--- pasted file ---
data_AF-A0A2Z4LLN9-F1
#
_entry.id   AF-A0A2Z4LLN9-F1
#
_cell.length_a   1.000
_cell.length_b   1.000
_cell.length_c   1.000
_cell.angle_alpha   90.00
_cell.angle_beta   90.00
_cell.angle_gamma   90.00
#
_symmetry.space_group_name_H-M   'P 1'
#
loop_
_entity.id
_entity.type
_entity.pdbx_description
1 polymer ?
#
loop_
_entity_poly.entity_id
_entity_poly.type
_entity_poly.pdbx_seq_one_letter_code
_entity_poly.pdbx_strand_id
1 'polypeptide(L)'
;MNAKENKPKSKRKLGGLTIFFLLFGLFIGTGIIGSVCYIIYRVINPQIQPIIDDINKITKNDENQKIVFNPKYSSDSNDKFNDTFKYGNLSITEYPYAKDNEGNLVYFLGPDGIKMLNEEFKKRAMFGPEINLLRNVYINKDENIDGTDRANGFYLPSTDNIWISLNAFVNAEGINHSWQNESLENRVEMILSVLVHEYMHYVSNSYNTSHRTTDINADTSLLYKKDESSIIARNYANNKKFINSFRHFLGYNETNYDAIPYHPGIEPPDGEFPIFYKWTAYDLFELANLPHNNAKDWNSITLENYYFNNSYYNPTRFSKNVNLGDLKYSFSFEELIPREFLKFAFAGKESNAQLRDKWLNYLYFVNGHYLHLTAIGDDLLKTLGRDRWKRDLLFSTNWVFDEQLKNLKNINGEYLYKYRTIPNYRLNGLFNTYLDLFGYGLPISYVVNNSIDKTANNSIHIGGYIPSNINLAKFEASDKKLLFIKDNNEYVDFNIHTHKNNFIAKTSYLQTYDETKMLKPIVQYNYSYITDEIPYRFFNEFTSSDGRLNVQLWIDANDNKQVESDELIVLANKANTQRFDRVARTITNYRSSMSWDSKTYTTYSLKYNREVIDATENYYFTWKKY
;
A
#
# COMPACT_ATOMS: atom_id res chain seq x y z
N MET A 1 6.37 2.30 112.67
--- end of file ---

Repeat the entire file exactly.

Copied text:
data_AF-A0A2Z4LLN9-F1
#
_entry.id   AF-A0A2Z4LLN9-F1
#
_cell.length_a   1.000
_cell.length_b   1.000
_cell.length_c   1.000
_cell.angle_alpha   90.00
_cell.angle_beta   90.00
_cell.angle_gamma   90.00
#
_symmetry.space_group_name_H-M   'P 1'
#
loop_
_entity.id
_entity.type
_entity.pdbx_description
1 polymer ?
#
loop_
_entity_poly.entity_id
_entity_poly.type
_entity_poly.pdbx_seq_one_letter_code
_entity_poly.pdbx_strand_id
1 'polypeptide(L)'
;MNAKENKPKSKRKLGGLTIFFLLFGLFIGTGIIGSVCYIIYRVINPQIQPIIDDINKITKNDENQKIVFNPKYSSDSNDKFNDTFKYGNLSITEYPYAKDNEGNLVYFLGPDGIKMLNEEFKKRAMFGPEINLLRNVYINKDENIDGTDRANGFYLPSTDNIWISLNAFVNAEGINHSWQNESLENRVEMILSVLVHEYMHYVSNSYNTSHRTTDINADTSLLYKKDESSIIARNYANNKKFINSFRHFLGYNETNYDAIPYHPGIEPPDGEFPIFYKWTAYDLFELANLPHNNAKDWNSITLENYYFNNSYYNPTRFSKNVNLGDLKYSFSFEELIPREFLKFAFAGKESNAQLRDKWLNYLYFVNGHYLHLTAIGDDLLKTLGRDRWKRDLLFSTNWVFDEQLKNLKNINGEYLYKYRTIPNYRLNGLFNTYLDLFGYGLPISYVVNNSIDKTANNSIHIGGYIPSNINLAKFEASDKKLLFIKDNNEYVDFNIHTHKNNFIAKTSYLQTYDETKMLKPIVQYNYSYITDEIPYRFFNEFTSSDGRLNVQLWIDANDNKQVESDELIVLANKANTQRFDRVARTITNYRSSMSWDSKTYTTYSLKYNREVIDATENYYFTWKKY
;
A
#
# COMPACT_ATOMS: atom_id res chain seq x y z
N MET A 1 6.37 2.30 112.67